Friday Q&A: Okada-Omega; Power Five Breakouts; Terrance Ferguson


Wrestling’s most exciting rivalry of 2017 is Okada-Omega, the New Japan feud headlining the two biggest main events of the year to date. It’s also the subject of just one entry in this week’s Friday Q&A.

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So 2017 has been a pretty incredible year for New Japan at the midway point. The organization owes much of its success to kicking off 2017 with a bang at Wrestle Kingdom 11, headlined by the IWGP Heavyweight Championship bout between Kazuchika Okada and Kenny Omega.

NJPW has had a pretty consistent run of excellent Wrestle Kingdom shows to open the year on Jan. 4: Wrestle Kingdom 9 featured an outstanding double-main event of Kota Ibushi vs. Shinsuke Nakamura, which earned 5 stars from wrestling journalist Dave Meltzer, and Hiroshi Tanahashi vs. Kazuchika Okada. That match deserves 5-star consideration. The next year’s top two bouts are both surefire 5-star, A-plus matches by judgment: Okada vs. Tanahashi in the rematch, and A.J. Styles vs. Nakamura, shortly before both left for WWE.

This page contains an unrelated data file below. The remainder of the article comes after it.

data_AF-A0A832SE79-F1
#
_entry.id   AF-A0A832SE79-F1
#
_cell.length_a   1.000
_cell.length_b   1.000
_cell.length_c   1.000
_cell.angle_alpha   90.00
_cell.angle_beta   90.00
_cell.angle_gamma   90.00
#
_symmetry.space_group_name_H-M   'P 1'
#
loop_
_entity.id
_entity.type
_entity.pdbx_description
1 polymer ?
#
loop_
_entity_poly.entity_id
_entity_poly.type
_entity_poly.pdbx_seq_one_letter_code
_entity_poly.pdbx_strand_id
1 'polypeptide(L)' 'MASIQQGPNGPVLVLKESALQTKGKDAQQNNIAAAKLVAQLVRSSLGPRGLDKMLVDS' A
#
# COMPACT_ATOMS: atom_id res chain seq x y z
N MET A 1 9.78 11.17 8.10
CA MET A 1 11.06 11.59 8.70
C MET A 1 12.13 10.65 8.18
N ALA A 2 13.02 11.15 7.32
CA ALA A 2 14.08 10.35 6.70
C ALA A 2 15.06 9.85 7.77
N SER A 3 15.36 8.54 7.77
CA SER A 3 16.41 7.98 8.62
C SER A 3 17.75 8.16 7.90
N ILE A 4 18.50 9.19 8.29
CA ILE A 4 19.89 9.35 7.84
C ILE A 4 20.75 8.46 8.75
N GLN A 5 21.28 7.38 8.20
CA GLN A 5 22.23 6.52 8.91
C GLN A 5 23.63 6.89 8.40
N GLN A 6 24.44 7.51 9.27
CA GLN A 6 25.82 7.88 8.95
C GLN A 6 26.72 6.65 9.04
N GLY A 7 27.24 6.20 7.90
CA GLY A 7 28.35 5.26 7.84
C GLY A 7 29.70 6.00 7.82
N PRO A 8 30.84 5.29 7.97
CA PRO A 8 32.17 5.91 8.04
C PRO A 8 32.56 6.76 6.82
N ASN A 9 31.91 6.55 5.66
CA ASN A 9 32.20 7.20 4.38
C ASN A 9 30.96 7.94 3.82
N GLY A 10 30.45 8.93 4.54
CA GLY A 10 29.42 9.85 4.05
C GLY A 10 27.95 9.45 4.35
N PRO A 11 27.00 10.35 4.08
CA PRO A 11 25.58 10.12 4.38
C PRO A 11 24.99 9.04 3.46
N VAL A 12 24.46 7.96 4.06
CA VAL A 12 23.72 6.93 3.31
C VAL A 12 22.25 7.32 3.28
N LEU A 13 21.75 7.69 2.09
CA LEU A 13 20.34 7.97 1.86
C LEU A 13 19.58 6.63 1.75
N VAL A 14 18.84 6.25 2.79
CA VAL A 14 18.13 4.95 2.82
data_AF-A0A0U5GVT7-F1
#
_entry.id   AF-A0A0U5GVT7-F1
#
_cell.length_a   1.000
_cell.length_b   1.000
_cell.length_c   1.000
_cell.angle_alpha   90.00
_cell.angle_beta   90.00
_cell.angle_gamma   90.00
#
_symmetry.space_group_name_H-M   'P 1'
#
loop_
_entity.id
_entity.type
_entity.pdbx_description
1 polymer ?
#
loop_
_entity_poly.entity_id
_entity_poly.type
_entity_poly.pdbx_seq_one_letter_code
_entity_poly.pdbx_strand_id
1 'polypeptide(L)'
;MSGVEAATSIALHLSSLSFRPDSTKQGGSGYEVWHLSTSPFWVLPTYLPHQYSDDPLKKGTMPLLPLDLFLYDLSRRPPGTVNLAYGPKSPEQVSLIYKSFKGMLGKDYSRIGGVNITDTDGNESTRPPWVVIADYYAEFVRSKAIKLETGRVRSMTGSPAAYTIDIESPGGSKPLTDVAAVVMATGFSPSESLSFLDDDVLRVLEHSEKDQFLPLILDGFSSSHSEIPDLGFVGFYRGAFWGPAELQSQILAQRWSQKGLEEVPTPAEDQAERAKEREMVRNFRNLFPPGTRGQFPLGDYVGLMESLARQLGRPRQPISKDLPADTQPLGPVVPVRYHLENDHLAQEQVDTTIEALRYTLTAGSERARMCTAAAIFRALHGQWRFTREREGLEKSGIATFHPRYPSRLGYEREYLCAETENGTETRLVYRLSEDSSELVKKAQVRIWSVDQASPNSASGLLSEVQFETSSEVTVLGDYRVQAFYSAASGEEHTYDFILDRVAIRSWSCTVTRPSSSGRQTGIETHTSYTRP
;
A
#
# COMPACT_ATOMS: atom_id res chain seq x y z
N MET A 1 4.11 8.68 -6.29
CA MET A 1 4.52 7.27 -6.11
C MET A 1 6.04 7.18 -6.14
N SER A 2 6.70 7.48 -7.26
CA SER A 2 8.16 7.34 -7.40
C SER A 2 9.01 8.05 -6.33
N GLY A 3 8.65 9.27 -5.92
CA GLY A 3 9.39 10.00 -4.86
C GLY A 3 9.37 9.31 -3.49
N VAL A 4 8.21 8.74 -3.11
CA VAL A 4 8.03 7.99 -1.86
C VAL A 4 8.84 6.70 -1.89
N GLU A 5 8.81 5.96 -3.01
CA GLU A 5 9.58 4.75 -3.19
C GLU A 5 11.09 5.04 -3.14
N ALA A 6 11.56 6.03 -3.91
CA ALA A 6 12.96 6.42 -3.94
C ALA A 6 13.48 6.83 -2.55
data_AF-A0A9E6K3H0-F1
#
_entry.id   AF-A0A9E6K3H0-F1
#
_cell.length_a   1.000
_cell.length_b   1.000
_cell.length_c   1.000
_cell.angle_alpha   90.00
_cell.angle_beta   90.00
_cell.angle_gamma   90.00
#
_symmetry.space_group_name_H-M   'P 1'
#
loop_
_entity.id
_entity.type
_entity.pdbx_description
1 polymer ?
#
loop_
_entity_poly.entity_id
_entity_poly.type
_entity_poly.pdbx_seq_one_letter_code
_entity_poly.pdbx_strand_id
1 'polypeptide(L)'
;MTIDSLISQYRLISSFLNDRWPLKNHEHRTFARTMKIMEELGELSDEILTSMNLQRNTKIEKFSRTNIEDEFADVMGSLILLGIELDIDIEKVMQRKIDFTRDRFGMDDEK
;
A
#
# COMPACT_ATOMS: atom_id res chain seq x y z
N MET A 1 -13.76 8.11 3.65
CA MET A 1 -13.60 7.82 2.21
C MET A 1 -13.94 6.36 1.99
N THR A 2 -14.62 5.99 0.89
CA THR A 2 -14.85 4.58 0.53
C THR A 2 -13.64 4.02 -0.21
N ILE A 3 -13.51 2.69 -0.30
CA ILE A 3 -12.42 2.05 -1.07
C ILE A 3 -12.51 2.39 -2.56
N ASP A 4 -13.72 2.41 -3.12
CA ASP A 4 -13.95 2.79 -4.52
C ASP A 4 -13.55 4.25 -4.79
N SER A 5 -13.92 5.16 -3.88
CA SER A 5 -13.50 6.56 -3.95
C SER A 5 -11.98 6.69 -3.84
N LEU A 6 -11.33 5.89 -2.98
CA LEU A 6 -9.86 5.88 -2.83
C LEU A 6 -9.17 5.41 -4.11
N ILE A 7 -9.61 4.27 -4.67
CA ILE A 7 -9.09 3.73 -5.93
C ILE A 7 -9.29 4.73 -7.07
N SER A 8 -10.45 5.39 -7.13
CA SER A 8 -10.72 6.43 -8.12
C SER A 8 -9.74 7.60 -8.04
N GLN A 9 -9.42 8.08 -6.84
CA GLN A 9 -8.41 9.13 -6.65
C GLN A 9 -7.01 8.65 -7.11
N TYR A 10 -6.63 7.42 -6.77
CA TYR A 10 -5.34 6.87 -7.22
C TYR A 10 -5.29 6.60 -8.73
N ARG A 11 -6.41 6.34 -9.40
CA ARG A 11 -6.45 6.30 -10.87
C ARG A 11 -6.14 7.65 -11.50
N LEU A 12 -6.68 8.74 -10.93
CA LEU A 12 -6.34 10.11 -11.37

As good as those shows were, I didn’t read the same buzz on the social media as I had for Wrestle Kingdom 11’s main event of Okada vs. Kenny Omega, fueled in part by an unprecedented 6-star rating. I even received text messages from multiple friends asking if I’d seen it, shortly after the show aired.

With all the hype, there was no possible way Okada-Omega could live up to its billing. Until…it did.

That first Okada-Omega match combined the lengthy drama of Ricky Steamboat vs. Ric Flair with the bell-to-bell intensity of Bret Hart vs. “Stone Cold” Steve Austin. It isn’t necessarily my Match of the Year — Tetsuya Naito and Hiroshi Tanahashi’s WK11 rematch at this month’s Dominion might be my top choice right now — but Okada-Omega I certainly delivered.